NEW YORK (Reuters) - International Business Machines Corp is considering adopting the underlying technology behind bitcoin, known as the "blockchain," to create a digital cash and payment system for major currencies, according to a person familiar with the matter.
The objective is to allow people to transfer cash or make payments instantaneously using this technology without a bank or clearing party involved, saving on transaction costs, the person said. The transactions would be in an open ledger of a specific country's currency such as the dollar or euro, said the source, who declined to be identified because of a lack of authorization to discuss the project in public.
The blockchain - a ledger, or list, of all of a digital currency's transactions - is viewed as bitcoin's main technological innovation, allowing users to make payments anonymously, instantly, and without government regulation.
Rather than stored on a separate server and controlled by an individual, company, or bank, the ledger is open and accessible to all participants in the bitcoin network.
The proposed digital currency system would work in a similar way.
"When somebody wants to transact in the system, instead of you trying to acquire a bitcoin, you simply say, here are some U.S. dollars," the source said. "It's sort of a bitcoin but without the bitcoin."
IBM is one of a number of tech companies looking to expand the use of the blockchain technology beyond bitcoin, the digital currency launched six years ago that has spurred a following among investors and tech enthusiasts.
The company has been in informal discussions about a blockchain-tied cash system with a number of central banks, including the U.S. Federal Reserve, the source said. If central banks approve the concept, IBM will build the secure and scalable infrastructure for the project.
IBM media relations office did not respond to Reuters emails about this story and the Fed declined to comment.
However, there are signs that central banks are already thinking about the innovations that could arise through digital currency systems. The Bank of England, in a report in September 2014, described the blockchain's open ledger as a "significant innovation" that could transform the financial system more generally.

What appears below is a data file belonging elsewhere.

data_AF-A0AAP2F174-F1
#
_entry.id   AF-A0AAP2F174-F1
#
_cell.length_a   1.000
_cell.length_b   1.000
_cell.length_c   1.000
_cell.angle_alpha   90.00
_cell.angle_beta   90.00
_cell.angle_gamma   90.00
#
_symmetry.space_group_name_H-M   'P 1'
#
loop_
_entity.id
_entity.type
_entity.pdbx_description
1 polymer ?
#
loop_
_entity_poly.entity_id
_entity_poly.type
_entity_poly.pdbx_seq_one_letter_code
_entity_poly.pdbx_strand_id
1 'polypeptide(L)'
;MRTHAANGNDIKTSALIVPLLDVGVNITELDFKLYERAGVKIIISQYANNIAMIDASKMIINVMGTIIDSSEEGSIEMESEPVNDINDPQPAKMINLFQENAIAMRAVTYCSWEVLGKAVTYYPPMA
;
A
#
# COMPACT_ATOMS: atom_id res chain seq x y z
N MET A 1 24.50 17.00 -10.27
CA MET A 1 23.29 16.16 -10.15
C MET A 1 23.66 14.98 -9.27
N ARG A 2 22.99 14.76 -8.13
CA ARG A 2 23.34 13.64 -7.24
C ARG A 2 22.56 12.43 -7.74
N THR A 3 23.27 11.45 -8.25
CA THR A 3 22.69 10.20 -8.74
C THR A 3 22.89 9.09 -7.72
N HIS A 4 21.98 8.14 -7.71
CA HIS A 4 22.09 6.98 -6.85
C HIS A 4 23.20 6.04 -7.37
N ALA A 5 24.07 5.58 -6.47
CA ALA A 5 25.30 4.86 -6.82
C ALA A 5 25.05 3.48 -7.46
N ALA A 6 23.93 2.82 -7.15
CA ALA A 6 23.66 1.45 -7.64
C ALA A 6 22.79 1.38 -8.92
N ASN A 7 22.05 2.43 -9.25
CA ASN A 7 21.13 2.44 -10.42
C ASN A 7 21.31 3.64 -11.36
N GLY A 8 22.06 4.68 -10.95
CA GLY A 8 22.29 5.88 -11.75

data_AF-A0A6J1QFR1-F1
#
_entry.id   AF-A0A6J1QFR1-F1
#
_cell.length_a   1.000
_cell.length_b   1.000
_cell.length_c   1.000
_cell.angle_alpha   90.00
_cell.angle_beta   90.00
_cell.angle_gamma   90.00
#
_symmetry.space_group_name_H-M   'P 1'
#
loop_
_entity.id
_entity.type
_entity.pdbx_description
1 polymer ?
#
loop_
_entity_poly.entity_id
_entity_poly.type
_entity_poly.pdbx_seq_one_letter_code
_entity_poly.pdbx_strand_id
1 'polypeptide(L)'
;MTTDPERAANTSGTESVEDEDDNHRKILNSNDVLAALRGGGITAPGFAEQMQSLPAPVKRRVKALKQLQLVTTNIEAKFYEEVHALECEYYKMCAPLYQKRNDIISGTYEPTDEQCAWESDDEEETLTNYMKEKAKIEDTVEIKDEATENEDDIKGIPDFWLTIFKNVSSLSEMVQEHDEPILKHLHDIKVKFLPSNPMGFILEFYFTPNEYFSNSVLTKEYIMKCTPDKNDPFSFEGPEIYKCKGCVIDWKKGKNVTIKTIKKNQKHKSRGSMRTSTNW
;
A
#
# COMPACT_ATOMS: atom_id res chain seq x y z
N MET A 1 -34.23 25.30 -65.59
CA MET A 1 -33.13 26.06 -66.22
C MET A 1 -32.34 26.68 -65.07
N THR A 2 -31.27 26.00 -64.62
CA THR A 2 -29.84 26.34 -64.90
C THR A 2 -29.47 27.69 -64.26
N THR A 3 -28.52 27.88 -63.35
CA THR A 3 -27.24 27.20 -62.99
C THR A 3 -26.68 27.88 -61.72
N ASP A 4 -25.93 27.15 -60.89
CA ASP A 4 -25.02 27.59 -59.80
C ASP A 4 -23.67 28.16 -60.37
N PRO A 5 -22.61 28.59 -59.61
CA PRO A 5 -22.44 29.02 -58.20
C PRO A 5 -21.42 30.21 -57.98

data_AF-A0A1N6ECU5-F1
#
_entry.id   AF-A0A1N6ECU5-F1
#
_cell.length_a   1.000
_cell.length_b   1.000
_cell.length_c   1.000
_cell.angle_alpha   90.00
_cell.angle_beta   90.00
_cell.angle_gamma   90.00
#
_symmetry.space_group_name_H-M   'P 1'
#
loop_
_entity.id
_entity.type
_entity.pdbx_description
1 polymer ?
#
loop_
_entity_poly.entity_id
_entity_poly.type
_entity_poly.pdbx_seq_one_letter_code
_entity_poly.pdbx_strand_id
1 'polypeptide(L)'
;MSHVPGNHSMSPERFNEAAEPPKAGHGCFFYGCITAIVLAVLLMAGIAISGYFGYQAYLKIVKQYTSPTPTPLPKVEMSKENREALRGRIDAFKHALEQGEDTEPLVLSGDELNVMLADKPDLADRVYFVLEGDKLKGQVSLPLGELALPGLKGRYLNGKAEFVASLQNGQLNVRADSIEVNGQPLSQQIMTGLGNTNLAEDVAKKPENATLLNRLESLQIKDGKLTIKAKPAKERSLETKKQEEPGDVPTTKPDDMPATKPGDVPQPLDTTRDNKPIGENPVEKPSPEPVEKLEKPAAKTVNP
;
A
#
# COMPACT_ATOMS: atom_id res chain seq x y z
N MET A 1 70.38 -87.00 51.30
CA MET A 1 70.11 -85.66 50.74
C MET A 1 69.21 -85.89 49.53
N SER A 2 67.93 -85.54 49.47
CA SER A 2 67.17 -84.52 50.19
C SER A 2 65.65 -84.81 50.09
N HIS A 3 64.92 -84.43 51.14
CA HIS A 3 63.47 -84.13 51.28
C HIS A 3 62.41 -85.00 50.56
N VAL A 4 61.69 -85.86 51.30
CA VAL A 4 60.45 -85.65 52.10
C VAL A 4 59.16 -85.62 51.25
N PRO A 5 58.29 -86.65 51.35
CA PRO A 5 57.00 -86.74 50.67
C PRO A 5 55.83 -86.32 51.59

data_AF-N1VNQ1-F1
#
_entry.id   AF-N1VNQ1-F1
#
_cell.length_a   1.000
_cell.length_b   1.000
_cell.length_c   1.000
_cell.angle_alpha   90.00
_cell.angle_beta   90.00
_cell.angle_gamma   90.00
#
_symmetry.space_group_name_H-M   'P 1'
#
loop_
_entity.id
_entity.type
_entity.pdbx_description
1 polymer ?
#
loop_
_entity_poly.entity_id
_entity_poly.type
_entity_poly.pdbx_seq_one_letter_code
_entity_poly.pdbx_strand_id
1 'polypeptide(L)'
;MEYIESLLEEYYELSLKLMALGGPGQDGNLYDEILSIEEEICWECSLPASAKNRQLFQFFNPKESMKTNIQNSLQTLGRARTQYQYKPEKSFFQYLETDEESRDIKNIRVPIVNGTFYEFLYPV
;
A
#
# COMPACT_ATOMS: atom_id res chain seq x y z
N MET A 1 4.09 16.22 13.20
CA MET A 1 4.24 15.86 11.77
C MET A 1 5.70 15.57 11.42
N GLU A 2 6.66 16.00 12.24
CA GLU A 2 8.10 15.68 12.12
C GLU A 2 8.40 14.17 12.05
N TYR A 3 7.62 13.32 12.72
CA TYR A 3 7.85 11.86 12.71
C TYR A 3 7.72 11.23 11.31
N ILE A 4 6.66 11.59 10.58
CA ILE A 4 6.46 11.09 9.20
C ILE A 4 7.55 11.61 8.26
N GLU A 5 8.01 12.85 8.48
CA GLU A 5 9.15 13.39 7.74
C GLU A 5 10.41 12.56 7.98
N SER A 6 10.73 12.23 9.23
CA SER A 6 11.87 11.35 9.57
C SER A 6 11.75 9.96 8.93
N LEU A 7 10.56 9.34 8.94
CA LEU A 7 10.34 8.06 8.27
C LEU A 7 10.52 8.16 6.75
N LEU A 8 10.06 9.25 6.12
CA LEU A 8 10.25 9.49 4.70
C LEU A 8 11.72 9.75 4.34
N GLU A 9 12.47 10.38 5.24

Instead of having ledgers maintained by banks that act as a record of an individual's transactions, this kind of open ledger would be viewable by everyone using the system, and would use an agreed-upon process for entering transactions into the system.
The project is still in the early stages and constantly evolving, the source said. It is also unclear how concerns about money-laundering and criminal activities that have hamstrung bitcoin.
Unlike bitcoin, where the network is decentralized and there is no overseer, the proposed digital currency system would be controlled by central banks, the source said.
"These coins will be part of the money supply," the source said. "It's the same money, just not a dollar bill with a serial number on it, but a token that sits on this blockchain."
According to the plans, the digital currency could be linked to a person's bank account, possibly using a wallet software that would integrate that account with the proposed digital currency ledger.
"We are at a tipping point right now. It's making a lot more sense for some type of digital cash in the system, that not only saves our government money, but also is a lot more convenient and secure for individuals to use," the source said.
Reporting by Gertrude Chavez-Dreyfuss; Editing by David Gaffen and Tomasz Janowski